The tenuousness and uncertainty of life is always brought to our attention when we see someone we know of who died young. Recently, Luke Perry, star of the ’90s hit TV sitcom “90210,” died at age 52 due to a stroke. This was shocking. He was wealthy, and he seemed to be in good shape.

His passing should be a reminder to us all that life is uncertain and any of us could go at any time. As Jim Morrison once sang in one of the Doors songs, “Roadhouse Blues”: “The future is uncertain and the end is always near.” In his case, he passed on at age 27.

These and other deaths are reminders to slow down and try to appreciate each other more and not to get too caught up in the politics of the day. Perhaps, it can be a basis for us to re-kindle our relationship with whomever or whatever we might believe created us.

One thing it should definitely do is make us realize that we should have legal papers in place to address what will occur should we become incapacitated or pass on.

All of us should have powers of attorney to name people who can act for us as our “agent” (for health and for finances) if we become incapacitated. If you do not have that, then there can be formal court proceedings that are costly, time consuming, and demeaning.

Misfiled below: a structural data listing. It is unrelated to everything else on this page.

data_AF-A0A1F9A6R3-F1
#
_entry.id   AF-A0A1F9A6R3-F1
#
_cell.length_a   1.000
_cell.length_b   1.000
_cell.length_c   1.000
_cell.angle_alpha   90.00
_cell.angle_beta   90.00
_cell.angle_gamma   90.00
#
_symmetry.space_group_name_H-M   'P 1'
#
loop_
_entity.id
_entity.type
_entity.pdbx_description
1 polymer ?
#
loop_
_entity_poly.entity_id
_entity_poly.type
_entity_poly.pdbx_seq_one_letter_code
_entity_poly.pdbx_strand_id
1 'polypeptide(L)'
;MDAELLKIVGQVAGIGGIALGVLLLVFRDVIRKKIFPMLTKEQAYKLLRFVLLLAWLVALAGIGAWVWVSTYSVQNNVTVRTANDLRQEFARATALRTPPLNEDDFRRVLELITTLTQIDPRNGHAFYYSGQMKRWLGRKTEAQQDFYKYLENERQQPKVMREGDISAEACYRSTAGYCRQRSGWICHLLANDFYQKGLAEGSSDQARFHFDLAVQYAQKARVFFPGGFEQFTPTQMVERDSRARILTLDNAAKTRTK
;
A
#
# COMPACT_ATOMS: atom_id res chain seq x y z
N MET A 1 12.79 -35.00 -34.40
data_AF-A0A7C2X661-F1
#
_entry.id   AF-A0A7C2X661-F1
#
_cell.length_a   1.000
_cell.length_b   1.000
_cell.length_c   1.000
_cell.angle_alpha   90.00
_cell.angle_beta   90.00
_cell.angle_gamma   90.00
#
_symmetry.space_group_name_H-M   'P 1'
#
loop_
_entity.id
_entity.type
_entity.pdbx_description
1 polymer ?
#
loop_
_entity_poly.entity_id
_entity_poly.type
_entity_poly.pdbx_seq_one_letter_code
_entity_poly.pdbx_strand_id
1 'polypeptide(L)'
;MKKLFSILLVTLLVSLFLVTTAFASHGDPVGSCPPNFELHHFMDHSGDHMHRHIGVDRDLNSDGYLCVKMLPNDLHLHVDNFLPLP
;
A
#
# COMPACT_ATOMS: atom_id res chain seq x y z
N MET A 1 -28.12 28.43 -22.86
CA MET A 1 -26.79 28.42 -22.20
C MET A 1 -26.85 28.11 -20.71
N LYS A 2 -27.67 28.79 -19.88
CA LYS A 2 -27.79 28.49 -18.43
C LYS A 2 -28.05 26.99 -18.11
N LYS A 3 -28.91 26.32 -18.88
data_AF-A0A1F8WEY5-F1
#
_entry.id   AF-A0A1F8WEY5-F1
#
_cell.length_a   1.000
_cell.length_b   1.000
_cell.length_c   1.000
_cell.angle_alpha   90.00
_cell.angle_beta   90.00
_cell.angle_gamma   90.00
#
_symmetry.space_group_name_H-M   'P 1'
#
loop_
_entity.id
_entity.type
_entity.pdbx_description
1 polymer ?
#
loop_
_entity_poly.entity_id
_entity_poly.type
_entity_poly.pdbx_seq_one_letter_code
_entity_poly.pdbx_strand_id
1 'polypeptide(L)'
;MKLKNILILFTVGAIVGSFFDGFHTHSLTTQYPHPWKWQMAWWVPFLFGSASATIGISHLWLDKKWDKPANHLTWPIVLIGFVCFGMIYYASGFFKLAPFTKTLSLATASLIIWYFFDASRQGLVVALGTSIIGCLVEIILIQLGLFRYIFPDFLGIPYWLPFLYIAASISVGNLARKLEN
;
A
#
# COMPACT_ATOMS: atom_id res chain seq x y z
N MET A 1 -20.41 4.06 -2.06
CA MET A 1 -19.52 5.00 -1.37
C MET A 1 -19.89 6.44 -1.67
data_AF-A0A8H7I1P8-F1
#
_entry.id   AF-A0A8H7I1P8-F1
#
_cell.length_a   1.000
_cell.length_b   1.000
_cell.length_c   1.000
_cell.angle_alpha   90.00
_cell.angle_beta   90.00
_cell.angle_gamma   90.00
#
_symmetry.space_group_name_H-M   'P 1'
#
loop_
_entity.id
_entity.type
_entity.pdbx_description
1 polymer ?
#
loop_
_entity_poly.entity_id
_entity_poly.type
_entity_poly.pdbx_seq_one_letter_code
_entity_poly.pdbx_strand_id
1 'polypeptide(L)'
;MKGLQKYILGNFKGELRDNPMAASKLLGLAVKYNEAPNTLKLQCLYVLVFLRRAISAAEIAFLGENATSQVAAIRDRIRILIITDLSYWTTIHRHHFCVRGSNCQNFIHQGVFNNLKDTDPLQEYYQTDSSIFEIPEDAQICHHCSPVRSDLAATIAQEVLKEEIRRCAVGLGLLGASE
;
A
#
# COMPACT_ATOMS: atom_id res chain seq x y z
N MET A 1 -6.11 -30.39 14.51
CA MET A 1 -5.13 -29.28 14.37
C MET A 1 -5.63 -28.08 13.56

If there is no power of attorney for finances and you become incapacitated, then a conservator might have to be appointed and then the court reviews all transactions forever.

This is something people usually wish to avoid.

In such a case, your spouse and children will not be able to obtain your medical records unless you have authorized them to get them. This, too, should be done with a signed release. I call it a HIPAA release. HIPAA stands for the Health Insurance Portability and Accountability Act.

Next, how will your assets pass on when you do? Will they be given free of trust to loved ones where they could squander it or lose it in a lawsuit or divorce, or will you leave it “in trust,” where it can be protected from lawsuits and made sure to stay in your family bloodline?

These are the questions we address with our clients. About 90 percent of them opt to leave assets to loved ones (especially their adult children) “in trust.”

There are many considerations, so a representation usually involves an in-person review and a telephone conference prior to signing the papers. It is foolish not to plan ahead to avoid legal problems.

In more than 16 years of providing legal estate planning services, I have seen a few times where planning was initiated and not completed. In those cases, the consequence to the family was devastating.

The moral of the story is this: Life is uncertain; therefore, you should be certain about who will be responsible to take care of you and where and how your family property will pass when you do.

Mark F. Winn, J.D., Master of Laws (LL.M.) in estate planning, is a local asset protection, estate and elder law planning attorney.